In the 36 years I have been consulting with and coaching small business owners, one of the most difficult things I’ve ever had to do was tell two partners that a third partner was stealing at least $50,000 a year from their business. It probably was more. However, I felt horrible. I didn’t want to dig any further.
Theft is the most heart wrenching thing I have to deal with. You work hard. You never expect people to steal from you. When they do, your first reaction is disbelief, then sadness. Then, usually anger.
And, nobody talks about it. Until now. It is time that someone did. (Ugly Truth about Cash: 50 Ways Employees and Vendors Steal from You and What you Can Do about It)
Here is a interview I did with Kevin about this:
Small business owners like you work too hard and invest too many hours to have your money and other assets stolen. This theft could cause serious cash flow problems and damage your business if not caught.
I believe that 99% of your employees are honest. Some people steal the first time because of need. Something has happened in their life (divorce, sickness, death) and they need money. They stop thinking rationally and get emotional. Then they do things that they never would do when thinking rationally: stupid things like the bookkeeper that landed her in jail for three years because she forgot that the company loaned money to its employees. These are part of the 99% who are usually honest until tempted.
However, there are the 1% of employees who get a thrill out of stealing. The professional embezzler. It is the challenge. Can they get caught? It is a joy to them. As one very wise man told me, “The job of a good embezzler is to become the trusted bookkeeper.” The professional embezzler is very patient. She learns your processes or lack thereof. She works hard. She earns your trust.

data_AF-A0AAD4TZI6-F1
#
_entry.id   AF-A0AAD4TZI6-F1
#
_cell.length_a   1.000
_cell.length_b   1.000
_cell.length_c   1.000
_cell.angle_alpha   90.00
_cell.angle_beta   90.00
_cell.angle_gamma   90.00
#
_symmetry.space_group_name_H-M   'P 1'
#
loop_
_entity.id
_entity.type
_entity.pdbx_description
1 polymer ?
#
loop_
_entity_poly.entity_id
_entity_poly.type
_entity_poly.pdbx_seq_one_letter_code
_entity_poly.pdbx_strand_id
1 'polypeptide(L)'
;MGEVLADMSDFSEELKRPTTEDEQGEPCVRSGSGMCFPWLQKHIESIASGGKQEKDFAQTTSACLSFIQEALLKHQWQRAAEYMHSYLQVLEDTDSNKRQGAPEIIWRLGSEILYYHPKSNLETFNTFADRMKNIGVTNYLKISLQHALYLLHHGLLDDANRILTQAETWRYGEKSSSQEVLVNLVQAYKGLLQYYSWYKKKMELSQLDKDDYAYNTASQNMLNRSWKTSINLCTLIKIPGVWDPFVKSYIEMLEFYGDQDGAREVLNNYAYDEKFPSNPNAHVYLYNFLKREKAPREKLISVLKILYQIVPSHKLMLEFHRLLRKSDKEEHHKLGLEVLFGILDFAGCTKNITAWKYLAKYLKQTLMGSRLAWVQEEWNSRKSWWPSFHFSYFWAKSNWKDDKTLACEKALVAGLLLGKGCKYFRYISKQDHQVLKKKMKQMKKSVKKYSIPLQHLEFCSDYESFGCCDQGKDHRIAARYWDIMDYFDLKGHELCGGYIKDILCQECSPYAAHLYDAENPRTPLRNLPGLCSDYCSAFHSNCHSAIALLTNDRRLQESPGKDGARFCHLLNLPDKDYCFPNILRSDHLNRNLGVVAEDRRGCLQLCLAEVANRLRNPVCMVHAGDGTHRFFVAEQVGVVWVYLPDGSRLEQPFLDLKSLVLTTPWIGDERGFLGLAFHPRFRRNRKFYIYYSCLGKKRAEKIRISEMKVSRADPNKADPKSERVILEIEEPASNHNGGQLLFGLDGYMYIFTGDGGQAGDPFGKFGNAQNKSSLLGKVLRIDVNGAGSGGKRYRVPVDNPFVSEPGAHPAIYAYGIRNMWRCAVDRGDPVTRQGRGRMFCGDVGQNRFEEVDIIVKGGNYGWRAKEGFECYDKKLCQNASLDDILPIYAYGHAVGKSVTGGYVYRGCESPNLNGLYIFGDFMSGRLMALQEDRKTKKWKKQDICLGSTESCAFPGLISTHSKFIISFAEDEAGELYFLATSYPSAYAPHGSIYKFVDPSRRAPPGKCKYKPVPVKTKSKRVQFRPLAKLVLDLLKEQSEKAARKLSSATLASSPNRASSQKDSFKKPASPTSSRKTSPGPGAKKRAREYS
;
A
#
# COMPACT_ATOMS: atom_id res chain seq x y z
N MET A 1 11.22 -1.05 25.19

Then, she takes a little. When you don’t discover it, that little turns into tens or hundreds of thousands of dollars until she quits or gets caught. Most times she quits abruptly for no apparent reason. Then you find out about it later when the next bookkeeper is hired.
And, it may not be your employees who are stealing from you. Your vendors can steal too. Their employees might be part of the 1%. Your vendors can change check amounts, create side deals with your employees, and more.
There are three major ways people steal: money, materials, and time. Most employees don’t think twice about surfing the web, excessive smoking breaks, taking personal phone calls, or texting on company time. In fact, most small business owners accept and pay for a small amount of personal time as part of an employee’s day.
How much do you put up with? How much is it actually costing you?
And, do you have the procedures in place to keep the honest people honest?
Over the next few weeks I will write about these procedures to help protect your hard earned money and assets.